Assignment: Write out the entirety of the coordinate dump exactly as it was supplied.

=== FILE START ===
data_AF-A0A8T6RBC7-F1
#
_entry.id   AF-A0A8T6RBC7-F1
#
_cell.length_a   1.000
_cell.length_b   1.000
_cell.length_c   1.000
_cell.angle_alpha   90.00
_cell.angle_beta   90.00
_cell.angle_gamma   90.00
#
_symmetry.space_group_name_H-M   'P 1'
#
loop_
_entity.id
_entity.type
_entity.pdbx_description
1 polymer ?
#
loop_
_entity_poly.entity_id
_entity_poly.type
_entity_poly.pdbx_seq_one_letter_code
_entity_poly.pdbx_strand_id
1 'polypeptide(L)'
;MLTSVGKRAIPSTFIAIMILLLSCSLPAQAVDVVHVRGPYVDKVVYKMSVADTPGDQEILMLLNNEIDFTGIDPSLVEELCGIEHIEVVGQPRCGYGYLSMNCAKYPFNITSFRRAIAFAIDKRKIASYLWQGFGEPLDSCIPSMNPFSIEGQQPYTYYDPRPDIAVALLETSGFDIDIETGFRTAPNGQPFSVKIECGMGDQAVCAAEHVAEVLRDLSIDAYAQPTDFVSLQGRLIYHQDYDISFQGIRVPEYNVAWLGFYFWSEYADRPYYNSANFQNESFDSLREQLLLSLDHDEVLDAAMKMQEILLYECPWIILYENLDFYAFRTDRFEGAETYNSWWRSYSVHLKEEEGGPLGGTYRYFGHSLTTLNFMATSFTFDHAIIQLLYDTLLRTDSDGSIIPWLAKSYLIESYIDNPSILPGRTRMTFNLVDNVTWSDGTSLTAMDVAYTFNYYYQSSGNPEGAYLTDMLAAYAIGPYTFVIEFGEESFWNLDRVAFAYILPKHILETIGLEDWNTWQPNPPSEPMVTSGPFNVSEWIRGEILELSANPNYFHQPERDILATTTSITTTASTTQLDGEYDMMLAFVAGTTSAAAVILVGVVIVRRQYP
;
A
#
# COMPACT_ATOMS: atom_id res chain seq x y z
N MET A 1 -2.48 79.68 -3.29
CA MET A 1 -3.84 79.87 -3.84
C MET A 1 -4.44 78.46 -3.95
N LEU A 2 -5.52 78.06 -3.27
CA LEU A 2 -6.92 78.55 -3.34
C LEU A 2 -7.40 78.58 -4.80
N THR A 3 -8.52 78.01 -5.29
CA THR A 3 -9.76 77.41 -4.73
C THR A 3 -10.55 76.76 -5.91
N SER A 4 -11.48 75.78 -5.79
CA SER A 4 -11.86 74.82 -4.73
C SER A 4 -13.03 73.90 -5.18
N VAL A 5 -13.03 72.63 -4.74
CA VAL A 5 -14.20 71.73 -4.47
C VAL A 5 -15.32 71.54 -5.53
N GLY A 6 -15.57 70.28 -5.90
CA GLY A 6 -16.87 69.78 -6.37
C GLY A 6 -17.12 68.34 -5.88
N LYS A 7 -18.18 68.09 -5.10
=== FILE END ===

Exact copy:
data_AF-A0A8T6RBC7-F1
#
_entry.id   AF-A0A8T6RBC7-F1
#
_cell.length_a   1.000
_cell.length_b   1.000
_cell.length_c   1.000
_cell.angle_alpha   90.00
_cell.angle_beta   90.00
_cell.angle_gamma   90.00
#
_symmetry.space_group_name_H-M   'P 1'
#
loop_
_entity.id
_entity.type
_entity.pdbx_description
1 polymer ?
#
loop_
_entity_poly.entity_id
_entity_poly.type
_entity_poly.pdbx_seq_one_letter_code
_entity_poly.pdbx_strand_id
1 'polypeptide(L)'
;MLTSVGKRAIPSTFIAIMILLLSCSLPAQAVDVVHVRGPYVDKVVYKMSVADTPGDQEILMLLNNEIDFTGIDPSLVEELCGIEHIEVVGQPRCGYGYLSMNCAKYPFNITSFRRAIAFAIDKRKIASYLWQGFGEPLDSCIPSMNPFSIEGQQPYTYYDPRPDIAVALLETSGFDIDIETGFRTAPNGQPFSVKIECGMGDQAVCAAEHVAEVLRDLSIDAYAQPTDFVSLQGRLIYHQDYDISFQGIRVPEYNVAWLGFYFWSEYADRPYYNSANFQNESFDSLREQLLLSLDHDEVLDAAMKMQEILLYECPWIILYENLDFYAFRTDRFEGAETYNSWWRSYSVHLKEEEGGPLGGTYRYFGHSLTTLNFMATSFTFDHAIIQLLYDTLLRTDSDGSIIPWLAKSYLIESYIDNPSILPGRTRMTFNLVDNVTWSDGTSLTAMDVAYTFNYYYQSSGNPEGAYLTDMLAAYAIGPYTFVIEFGEESFWNLDRVAFAYILPKHILETIGLEDWNTWQPNPPSEPMVTSGPFNVSEWIRGEILELSANPNYFHQPERDILATTTSITTTASTTQLDGEYDMMLAFVAGTTSAAAVILVGVVIVRRQYP
;
A
#
# COMPACT_ATOMS: atom_id res chain seq x y z
N MET A 1 -2.48 79.68 -3.29
CA MET A 1 -3.84 79.87 -3.84
C MET A 1 -4.44 78.46 -3.95
N LEU A 2 -5.52 78.06 -3.27
CA LEU A 2 -6.92 78.55 -3.34
C LEU A 2 -7.40 78.58 -4.80
N THR A 3 -8.52 78.01 -5.29
CA THR A 3 -9.76 77.41 -4.73
C THR A 3 -10.55 76.76 -5.91
N SER A 4 -11.48 75.78 -5.79
CA SER A 4 -11.86 74.82 -4.73
C SER A 4 -13.03 73.90 -5.18
N VAL A 5 -13.03 72.63 -4.74
CA VAL A 5 -14.20 71.73 -4.47
C VAL A 5 -15.32 71.54 -5.53
N GLY A 6 -15.57 70.28 -5.90
CA GLY A 6 -16.87 69.78 -6.37
C GLY A 6 -17.12 68.34 -5.88
N LYS A 7 -18.18 68.09 -5.10